New Looms for Refugee Weavers
When refugees come to the United States, they carry few possessions. But one older woman, a Karenni refugee from Burma, brought her loom with her when she arrived in Charlottesville. Hinged for easy collapse and travel, and wrapped in a Thai rice bag, the loom traveled with her from a refugee camp to a new home in Charlottesville.
John and Susan Meister, parents of IRC Case Worker Lyndy Meister, opened their woodworking shop to build replicas of the loom so that other Burmese women, including the woman’s own daughters, will be able to carry on the Karenni weaving tradition. As the eldest daughter interpreted her mother’s instructions, the woodworkers recreated the older woman’s weaving tools. In one evening, the daughter noted, the group assembled what would take months to do by hand with knives.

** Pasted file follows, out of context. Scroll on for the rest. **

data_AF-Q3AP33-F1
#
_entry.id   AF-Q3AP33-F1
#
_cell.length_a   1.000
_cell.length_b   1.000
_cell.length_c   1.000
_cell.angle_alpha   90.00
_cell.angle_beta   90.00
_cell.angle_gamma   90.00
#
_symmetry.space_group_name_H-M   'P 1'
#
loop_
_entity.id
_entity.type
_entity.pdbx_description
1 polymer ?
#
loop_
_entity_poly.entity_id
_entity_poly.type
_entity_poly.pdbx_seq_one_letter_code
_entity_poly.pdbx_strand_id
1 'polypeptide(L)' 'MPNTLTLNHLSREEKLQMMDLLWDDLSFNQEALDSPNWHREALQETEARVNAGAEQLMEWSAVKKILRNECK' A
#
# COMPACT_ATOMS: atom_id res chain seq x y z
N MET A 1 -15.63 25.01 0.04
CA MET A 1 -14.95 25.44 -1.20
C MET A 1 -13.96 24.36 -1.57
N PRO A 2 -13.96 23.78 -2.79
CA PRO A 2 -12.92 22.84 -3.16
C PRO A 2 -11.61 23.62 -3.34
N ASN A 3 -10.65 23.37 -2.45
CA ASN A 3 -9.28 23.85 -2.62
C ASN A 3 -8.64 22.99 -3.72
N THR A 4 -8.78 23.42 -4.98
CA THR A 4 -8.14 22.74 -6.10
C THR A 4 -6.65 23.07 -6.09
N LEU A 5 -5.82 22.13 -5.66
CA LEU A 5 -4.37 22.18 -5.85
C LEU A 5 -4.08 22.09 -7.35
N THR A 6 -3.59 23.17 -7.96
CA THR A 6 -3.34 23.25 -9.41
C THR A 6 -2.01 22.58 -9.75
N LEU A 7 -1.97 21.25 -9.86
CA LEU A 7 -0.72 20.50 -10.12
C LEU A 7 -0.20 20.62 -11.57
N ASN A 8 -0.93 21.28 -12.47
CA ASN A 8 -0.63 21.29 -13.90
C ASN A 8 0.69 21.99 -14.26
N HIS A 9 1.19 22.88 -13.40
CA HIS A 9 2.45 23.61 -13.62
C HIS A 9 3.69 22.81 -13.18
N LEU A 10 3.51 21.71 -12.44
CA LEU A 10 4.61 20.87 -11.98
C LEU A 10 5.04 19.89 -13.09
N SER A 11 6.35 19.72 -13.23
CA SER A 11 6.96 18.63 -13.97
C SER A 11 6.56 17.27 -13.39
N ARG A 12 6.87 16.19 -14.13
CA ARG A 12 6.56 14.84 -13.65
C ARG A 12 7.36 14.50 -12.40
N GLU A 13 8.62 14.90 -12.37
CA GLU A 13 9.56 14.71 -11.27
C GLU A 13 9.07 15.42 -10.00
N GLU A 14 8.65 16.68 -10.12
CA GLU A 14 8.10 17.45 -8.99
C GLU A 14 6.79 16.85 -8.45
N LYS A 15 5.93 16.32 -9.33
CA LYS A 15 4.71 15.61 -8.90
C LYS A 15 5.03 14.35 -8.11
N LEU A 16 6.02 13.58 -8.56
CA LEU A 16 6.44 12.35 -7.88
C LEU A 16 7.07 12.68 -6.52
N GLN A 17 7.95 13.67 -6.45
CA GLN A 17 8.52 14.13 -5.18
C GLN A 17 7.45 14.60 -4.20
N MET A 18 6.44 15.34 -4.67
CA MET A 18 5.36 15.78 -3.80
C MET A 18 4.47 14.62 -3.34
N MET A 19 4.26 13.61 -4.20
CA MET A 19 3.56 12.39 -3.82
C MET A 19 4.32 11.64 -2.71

This marriage of tradition and power tools will hopefully create economic opportunities for the women, too, as they make textiles and bags to sell in Charlottesville. At the end of the evening, as the group carried the new dowel and weaving tools to the car, the eldest daughter took several unfinished wooden blocks so that she and her mother could whittle them at home.